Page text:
Instead, we say that inflation occurs when the prices of many of the things we buy rise at the same time and then continue to rise.

So, how do we know when inflation is happening and how much? We do this by looking at the prices of many items over time.

Government statistical agencies regularly collect information on prices for thousands of goods and services.

They then organize prices into categories such as ‘transport’ and ‘clothing’, combine prices in each category and report results on various price indices.

Price indices are just collections of prices.

For example, some indexes contain the prices of the items that consumers buy and others contain the prices of the items that companies buy.

Others contain prices for goods only, while others contain prices for services only, and so on.

If the level of an index is higher now than it was a month or year ago, this indicates that the prices contained in that index are higher on average, which indicates that there is inflation.

Source: Federal Reserve Bank of Cleveland

Household items and supplies:

The cost of household items, such as appliances and furniture, has also increased compared to the previous year.

The average cost of furniture and bedding increased 3.5% last year, according to data from the Bureau of Labor Statistics.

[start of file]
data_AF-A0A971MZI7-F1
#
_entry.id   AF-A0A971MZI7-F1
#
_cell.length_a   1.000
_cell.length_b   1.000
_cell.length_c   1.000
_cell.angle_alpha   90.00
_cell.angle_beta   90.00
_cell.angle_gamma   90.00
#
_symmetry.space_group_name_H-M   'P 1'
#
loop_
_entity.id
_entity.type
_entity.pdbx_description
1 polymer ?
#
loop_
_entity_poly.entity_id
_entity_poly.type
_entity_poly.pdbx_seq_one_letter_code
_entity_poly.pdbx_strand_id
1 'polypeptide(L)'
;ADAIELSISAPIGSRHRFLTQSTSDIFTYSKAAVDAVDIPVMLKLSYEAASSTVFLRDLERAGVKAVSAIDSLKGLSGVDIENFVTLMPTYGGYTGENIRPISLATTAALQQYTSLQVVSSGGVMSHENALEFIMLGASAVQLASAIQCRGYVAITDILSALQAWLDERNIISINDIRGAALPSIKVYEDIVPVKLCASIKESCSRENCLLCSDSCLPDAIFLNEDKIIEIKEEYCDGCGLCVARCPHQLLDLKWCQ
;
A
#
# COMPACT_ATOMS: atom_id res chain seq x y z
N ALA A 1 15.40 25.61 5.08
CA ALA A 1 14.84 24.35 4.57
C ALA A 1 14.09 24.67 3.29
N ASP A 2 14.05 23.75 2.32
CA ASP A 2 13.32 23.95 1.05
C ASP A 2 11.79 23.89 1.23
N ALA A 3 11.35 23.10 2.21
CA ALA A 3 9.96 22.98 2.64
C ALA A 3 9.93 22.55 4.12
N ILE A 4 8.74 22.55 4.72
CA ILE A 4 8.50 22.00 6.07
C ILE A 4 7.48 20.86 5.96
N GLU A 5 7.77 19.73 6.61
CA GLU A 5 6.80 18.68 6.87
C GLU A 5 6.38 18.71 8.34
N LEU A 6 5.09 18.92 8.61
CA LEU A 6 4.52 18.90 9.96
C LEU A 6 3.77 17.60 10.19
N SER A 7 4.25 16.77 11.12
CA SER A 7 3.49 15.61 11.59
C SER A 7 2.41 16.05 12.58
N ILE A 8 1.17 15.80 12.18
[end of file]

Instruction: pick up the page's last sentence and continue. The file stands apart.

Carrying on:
The main appliances, such as refrigerators, increased by 15%. The price of household cleaning products increased by 3%.

The companies behind well-known American brands have said that prices will, or have already, increased due to inflation.

Procter & Gamble, the company behind the Tide, Bounty, Gillette and Pantene products, has already said it will have to increase prices in single-digit percentages starting in September. The increases will affect products for babies and women for adult incontinence.

Tissue maker Kimberly-Clark will also raise product prices to “help offset the significant inflation of commodity costs”. Almost all increases will be introduced in late June and will affect baby and child care, adult care and Scott toilet paper.

Appliance maker Whirlpool has already raised prices by 5 to 12 percent to cope with rising steel costs.

The mattress brand Tempur Sealy also raised prices due to rising costs for chemicals.

‘Clearly, we are dealing with inflation like all manufacturers. Our business model is when we have increased input costs, we pass them on to the final consumer, ‘said Tempur Sealy CEO Scott Thompson. Yahoo Finance.

Construction Materials:

Billionaire Warren Buffett warned that construction companies in his Berkshire Hathaway are already seeing signs of inflation.

Clayton Homes, Benjamin Moore paints and Shaw floors are among the businesses managed by his conglomerate.

Inflation in this sector is rising due to rising costs for raw materials, such as steel, and supply chain issues.